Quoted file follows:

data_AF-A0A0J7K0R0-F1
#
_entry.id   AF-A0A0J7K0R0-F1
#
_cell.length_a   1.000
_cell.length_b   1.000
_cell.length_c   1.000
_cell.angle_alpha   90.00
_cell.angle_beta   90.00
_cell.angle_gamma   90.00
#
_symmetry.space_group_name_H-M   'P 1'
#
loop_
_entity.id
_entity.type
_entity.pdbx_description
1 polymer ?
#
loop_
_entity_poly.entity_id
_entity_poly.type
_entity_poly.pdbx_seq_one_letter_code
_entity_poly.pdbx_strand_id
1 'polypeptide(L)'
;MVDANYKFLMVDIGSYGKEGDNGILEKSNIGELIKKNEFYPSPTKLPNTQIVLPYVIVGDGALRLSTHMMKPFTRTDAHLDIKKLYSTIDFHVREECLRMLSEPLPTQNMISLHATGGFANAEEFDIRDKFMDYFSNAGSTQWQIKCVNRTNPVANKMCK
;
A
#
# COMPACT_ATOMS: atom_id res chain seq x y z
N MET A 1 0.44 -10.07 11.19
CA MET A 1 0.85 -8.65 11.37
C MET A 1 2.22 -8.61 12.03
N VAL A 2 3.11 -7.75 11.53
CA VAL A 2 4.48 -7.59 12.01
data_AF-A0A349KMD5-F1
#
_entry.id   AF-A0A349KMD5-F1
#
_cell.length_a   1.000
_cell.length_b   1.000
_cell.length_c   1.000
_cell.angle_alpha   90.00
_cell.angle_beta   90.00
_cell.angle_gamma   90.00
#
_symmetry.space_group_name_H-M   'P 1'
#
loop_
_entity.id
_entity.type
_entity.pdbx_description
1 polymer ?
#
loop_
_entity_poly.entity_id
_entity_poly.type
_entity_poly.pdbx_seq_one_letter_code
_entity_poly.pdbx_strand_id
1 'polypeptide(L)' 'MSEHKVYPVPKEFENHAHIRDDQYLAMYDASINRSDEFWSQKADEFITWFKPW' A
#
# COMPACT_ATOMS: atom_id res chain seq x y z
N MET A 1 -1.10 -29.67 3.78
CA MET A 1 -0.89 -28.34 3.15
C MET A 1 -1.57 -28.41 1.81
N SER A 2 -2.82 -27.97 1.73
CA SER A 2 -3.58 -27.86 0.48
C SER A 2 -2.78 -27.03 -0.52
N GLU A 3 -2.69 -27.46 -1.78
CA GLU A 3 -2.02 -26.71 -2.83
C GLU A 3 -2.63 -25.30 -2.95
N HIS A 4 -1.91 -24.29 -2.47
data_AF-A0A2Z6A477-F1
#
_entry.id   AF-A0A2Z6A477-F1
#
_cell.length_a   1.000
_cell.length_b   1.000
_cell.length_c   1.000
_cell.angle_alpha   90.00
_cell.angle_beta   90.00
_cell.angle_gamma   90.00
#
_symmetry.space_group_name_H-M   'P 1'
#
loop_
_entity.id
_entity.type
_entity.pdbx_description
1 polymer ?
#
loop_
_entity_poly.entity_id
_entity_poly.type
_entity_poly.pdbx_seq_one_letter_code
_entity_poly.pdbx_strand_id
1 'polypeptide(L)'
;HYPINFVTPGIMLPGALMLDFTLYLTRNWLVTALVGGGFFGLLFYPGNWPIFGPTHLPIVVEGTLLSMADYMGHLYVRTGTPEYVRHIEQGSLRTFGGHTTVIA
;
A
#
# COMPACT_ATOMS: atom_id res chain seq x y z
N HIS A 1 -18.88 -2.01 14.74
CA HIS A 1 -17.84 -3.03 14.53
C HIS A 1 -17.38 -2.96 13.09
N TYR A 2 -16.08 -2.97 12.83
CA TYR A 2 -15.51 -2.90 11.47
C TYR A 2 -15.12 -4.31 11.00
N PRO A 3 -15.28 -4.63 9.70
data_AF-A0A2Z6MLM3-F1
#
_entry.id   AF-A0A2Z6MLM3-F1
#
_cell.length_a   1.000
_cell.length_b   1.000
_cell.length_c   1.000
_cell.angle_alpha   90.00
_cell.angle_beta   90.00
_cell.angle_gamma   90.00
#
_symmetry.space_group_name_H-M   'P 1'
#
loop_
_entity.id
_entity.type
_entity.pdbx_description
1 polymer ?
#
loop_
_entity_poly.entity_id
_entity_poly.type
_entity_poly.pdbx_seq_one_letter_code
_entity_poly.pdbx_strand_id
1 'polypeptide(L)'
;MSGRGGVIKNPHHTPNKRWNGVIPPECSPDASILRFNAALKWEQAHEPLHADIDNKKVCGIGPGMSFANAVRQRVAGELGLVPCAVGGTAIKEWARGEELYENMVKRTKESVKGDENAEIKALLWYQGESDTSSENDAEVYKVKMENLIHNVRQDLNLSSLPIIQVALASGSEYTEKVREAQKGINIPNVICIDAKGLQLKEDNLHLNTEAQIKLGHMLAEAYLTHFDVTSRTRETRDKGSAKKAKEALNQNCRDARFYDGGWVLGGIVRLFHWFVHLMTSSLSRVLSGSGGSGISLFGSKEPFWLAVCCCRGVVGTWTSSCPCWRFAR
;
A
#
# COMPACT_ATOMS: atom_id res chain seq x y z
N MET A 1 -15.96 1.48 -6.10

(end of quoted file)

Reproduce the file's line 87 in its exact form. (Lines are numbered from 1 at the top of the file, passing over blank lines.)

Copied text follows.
_entity.id